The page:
The thing I enjoy most about travelling is the same as the next person — the escapism. Often, we keep memories of our escapades in the form of photographs. While taking photos is always fun, have you considered buying art too? On one hand, you get to support local talent. The other thing is that fine art pieces make amazing souvenirs.
Over the years, my husband and I have amassed a small collection of our own. With a place to call our own, they now hang proudly on our walls as a reminder of our globetrotting adventures. From fun pieces like Van Gogh’s The Starry Night adapted in a Star Wars theme (complete with X-wing Starfighter and Death Star) that we commissioned in Hanoi, Vietnam, to hand-woven Persian rugs that are now a family heirloom, it’s exciting to always be surrounded by myriad stories from faraway lands and people.
Through art, you learn about a place’s history through the painting styles they adopt; their culture through the subjects they paint; and even about the artist themselves through the colours, medium, or materials used. Of course, fine art doesn’t come cheap. So unless you’re able and willing to dole out on a museum-worthy masterpiece, here’s a short beginner’s list of where to shop and where to look:
Many consider Hong Kong the art capital of Asia. After all, it’s part of one of the largest art markets by auction sales behind the USA. Hong Kong is also home to the Asian edition of the prominent global art fair — Art Basel. While the island itself has over 50 galleries and more than five art museums and institutions, the first-ever Art Basel Hong Kong in 2013 drew in over 250 galleries from 35 countries and 60,000 visitors! If you find yourself headed to Hong Kong in March 2020, be sure to check out the eighth Asian installation of Art Basel.
It’s only right that one of the world’s largest superpowers can also flex its muscles in the art scene. While Shanghai may boast major art fairs like West Bund Art & Design and Art 021, the capital is poised to be the next art superpower. Think of it this way, while trendy Shanghai is an international hub for contemporary art, Beijing is the heart of the local art scene.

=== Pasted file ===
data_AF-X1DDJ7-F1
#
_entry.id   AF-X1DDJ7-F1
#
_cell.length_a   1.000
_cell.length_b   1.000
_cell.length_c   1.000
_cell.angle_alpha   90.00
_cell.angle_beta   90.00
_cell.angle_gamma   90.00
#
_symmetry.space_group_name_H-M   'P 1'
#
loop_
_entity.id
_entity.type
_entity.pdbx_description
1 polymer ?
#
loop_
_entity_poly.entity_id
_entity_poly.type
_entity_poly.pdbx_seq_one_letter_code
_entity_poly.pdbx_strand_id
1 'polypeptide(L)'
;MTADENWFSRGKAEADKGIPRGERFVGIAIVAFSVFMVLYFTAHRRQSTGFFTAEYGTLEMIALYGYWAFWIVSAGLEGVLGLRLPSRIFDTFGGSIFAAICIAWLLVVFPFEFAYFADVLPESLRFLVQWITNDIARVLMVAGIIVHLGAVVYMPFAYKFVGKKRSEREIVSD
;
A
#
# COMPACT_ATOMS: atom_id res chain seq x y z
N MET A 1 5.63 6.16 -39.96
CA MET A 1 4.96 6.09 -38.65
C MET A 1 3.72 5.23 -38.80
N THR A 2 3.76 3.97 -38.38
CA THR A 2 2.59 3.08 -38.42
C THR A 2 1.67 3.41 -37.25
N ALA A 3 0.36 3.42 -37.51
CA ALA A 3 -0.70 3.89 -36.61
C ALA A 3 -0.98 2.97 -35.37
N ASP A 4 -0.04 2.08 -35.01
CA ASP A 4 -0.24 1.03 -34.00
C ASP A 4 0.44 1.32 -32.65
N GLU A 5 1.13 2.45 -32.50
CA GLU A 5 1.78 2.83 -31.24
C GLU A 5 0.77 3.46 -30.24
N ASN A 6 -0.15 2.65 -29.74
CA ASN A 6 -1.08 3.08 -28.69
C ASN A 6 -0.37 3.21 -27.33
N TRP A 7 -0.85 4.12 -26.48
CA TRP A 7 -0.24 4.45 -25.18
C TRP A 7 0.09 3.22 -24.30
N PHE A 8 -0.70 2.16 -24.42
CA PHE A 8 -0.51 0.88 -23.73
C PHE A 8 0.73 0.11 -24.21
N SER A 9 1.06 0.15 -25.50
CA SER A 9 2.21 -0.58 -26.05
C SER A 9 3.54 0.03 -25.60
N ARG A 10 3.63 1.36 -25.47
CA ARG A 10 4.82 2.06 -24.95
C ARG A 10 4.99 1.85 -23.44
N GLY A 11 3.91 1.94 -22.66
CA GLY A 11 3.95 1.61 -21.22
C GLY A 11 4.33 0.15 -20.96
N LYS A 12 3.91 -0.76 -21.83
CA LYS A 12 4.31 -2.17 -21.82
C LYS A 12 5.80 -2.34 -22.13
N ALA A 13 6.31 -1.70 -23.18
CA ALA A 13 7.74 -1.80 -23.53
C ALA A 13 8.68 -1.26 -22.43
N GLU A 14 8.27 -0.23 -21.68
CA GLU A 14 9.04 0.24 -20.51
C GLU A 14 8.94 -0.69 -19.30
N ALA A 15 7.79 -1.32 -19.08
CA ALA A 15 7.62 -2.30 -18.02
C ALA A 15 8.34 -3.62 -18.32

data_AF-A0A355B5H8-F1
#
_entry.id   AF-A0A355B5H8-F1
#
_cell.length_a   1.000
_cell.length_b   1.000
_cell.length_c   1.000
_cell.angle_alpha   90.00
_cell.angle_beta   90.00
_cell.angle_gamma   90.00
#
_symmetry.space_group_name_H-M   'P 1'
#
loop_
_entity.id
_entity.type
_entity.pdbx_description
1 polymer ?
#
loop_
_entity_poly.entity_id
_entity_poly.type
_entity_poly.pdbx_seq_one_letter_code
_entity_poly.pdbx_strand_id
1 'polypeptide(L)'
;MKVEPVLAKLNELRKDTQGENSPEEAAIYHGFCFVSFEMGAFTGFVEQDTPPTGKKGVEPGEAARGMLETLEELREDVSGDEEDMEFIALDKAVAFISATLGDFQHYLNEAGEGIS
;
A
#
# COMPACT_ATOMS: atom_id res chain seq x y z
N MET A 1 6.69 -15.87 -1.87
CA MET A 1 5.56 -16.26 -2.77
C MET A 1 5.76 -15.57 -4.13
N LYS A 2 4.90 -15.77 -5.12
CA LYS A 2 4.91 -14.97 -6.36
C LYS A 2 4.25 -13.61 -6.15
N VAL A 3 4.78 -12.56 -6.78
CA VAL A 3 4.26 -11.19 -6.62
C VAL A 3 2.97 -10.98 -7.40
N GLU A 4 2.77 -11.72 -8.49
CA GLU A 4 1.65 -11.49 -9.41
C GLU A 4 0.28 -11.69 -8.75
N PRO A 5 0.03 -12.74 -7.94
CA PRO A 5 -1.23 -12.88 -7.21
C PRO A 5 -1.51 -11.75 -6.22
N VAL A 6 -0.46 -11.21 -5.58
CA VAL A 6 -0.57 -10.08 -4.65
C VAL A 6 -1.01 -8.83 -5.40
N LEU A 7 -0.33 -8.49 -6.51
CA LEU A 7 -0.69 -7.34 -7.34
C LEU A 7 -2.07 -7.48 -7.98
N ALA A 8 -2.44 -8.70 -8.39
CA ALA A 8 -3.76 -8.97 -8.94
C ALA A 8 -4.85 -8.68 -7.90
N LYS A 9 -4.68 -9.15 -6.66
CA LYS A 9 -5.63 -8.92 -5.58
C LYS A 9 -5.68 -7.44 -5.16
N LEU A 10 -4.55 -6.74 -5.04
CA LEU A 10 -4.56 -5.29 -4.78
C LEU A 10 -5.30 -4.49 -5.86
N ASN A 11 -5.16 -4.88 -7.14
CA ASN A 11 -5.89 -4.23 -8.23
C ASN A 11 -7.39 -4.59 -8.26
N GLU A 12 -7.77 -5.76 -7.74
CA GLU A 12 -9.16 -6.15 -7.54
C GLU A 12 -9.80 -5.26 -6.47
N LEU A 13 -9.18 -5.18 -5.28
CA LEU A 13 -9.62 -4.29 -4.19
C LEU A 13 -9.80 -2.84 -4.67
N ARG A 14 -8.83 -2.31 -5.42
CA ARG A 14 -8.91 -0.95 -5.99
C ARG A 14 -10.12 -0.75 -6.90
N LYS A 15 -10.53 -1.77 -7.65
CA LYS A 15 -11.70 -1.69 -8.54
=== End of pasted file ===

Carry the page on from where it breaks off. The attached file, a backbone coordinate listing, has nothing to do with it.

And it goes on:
798 Art Zone, or Dashanzi Art District, remains a firm favourite for browsing and shopping. Major artistic institutions include the Ullens Center for Contemporary Art and dealers including Galiers Urs Miele, Galleria Continua, and the de Sarthe Gallery dot the city. Do also look out for the city’s biggest art festival — Jingart —that was co-founded by the same woman who established Art 021 in Shanghai.
Where money goes, art often follows. Couple the economic might of Singapore with the recent investments made into the island-state’s cultural infrastructure and you’ve got one hefty art scene. National Gallery Singapore opened its doors in 2015 and joins together the former City Hall and Supreme Court buildings. Besides pieces by local artists, this massive museum (I spent almost an entire day here) houses regional artists too that have played some sort of role or influence upon the local art scene. In addition, Singapore is also home to Southeast Asia’s biggest art fair — Art Stage Singapore. The sunny island is definitely a great place to look and learn.
For fans of the art of the written word, visit this wonderful tribute to literature in Vietnam:
This is definitely one for the shoppers. While Jakarta may be in the spotlight for recently establishing its first world-class contemporary art museum, the Museum of Modern and Contemporary Art in Nusantara, Bali’s the place to head to if you’re looking to buy. More specifically, Ubud. The northern region of Ubud in this holidaymaker’s paradise is where you’ll find small art museums — including Arma and Blanco — and various little galleries.
At these galleries, you’ll actually even see painters at work. Balinese art is also telling of its history, with plenty of Dutch influence (credited to Dutch artist Arie Smit) fused with its Hindu-Javanese origins. Whatever your budget, you’ll find pieces that start in the hundreds and go up to the several thousand for a famous artist (these are certified too), so explore the island while shopping around.
Okay, so this is teetering on the edge of making it to an Asian list. But then again, that’s what makes Istanbul great as an art destination. Its location straddles the East and West, with the mighty Bosphorus separating Europe and Asia, making the Turkish capital a confluence of merging cultures and a must-go for any art and architecture lover.
Just along the banks of the mighty river stands the magnificent Istanbul Museum of Modern Art* (or simply the Istanbul Modern) that features the works of contemporary artists and even has its own residency programme. Besides this, Istanbul is home to over 100 art galleries and major art fairs including the Istanbul Arts + Culture Festival. The city was even dubbed the European Capital of Culture in 2010.
*At time of writing, the Istanbul Modern has been moved to a temporary location.